Global Health Nexus, Winter 2002
Too Few Sirens
My office is on First Avenue in Manhattan, right in the middle of hospital row. Usually, the ambulances I hear are an annoyance, but not today. Because each siren means that maybe another survivor from the carnage of the past week has been found. Sadly, there are too few sirens.
I have the honor to be the dean of what is probably the most diverse dental school on earth, the dental school that is the closest to the twin towers, and the dental school that, like so many others, demonstrated great character in this time of crisis. This honor also brings responsibility. I write today out of a sense of duty to my colleagues in dentistry, to thank all of you in our profession who expressed such concern and generous offers to help, and to call you to action.
Our dental clinics remained open throughout the crisis because, like you, we take care of people. Our students, traumatized by watching the horror unfold through our windows, volunteered everywhere they could. They went to triage centers at Ground Zero, to Bellevue Hospital across the street, and to the Medical Examiners Office a few blocks away where they handed out water and face masks to people who were looking for loved ones. We also helped the MEs office, overwhelmed by the scope of the tragedy, as our faculty members, trained in forensics, were called to action; and by donating a large quantity of supplies and equipment, including half of the X ray processors in our building. Indeed, our faculty and staff literally built a temporary dark room to expedite the processing of the grim information that was so desperately needed by grieving relatives. Within hours we had also set up counseling services for the members in our learning community who needed help. We did much more, but nothing more than you would have done.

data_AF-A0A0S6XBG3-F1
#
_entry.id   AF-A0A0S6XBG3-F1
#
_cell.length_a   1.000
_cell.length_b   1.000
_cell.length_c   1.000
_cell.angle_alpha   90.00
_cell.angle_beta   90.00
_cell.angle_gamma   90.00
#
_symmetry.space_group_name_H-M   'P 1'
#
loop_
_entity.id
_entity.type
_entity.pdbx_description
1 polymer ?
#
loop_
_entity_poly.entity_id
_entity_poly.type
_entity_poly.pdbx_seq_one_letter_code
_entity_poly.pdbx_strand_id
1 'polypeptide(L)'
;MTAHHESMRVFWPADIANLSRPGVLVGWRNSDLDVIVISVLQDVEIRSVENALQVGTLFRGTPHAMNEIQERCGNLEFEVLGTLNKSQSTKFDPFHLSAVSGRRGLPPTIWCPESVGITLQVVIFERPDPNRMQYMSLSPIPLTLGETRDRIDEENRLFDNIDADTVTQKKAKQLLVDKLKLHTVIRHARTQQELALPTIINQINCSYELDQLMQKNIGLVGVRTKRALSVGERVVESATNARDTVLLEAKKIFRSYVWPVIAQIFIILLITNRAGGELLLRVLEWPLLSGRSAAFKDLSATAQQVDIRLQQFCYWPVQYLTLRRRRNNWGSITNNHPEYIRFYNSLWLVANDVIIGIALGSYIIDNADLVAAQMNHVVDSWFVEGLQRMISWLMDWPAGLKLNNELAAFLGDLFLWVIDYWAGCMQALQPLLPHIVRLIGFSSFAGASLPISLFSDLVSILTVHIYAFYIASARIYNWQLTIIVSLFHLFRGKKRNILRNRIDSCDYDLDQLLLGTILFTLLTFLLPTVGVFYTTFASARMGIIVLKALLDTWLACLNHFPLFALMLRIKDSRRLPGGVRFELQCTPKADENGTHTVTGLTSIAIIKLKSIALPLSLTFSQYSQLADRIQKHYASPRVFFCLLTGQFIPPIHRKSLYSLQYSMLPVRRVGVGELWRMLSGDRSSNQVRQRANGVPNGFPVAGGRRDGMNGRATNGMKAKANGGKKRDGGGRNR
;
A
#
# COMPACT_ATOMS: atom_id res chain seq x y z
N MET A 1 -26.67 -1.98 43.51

On Thursday, we returned to classes and engaged in business, certainly not business as usual, but business nonetheless. To do less would mean that terrorism wins. We also worked to ensure that our strong legacy of multiculturalism was sustained, not destroyed as the terrorists would have liked. Then on Friday, in a sadly ironic twist of fate, we held an abbreviated version of a Continuing Education Course that we had scheduled months ago called A Health Professionals Response to the Terrorist Threat. This program sprang from a recommendation that our College had made to our parent university earlier this year to establish an Institute on Catastrophic Events. Such an institute, we argued, would catalyze public debate on scores of relevant topics from bioterrorism to evacuation plans that have previously received little public vetting.
Our resolve that health professionals, including dental professionals, have an important role to play in helping to manage the sequelae of catastrophic events, not just explosions, but earthquakes, collapsed water tunnels, anthrax and the like, has been strengthened. Therefore, I offer this call to action. We must educate our colleagues about what they can do to protect their communities, their patients, and their own families. There are dozens of questions to explore and supply cabinets to be stocked. As members of one of societys most highly educated professions, we must do more than sit back and wait for the next time. As a child of the cold war, I know that sirens mean warning; when it comes to terrorism in America, there have been too few sirens.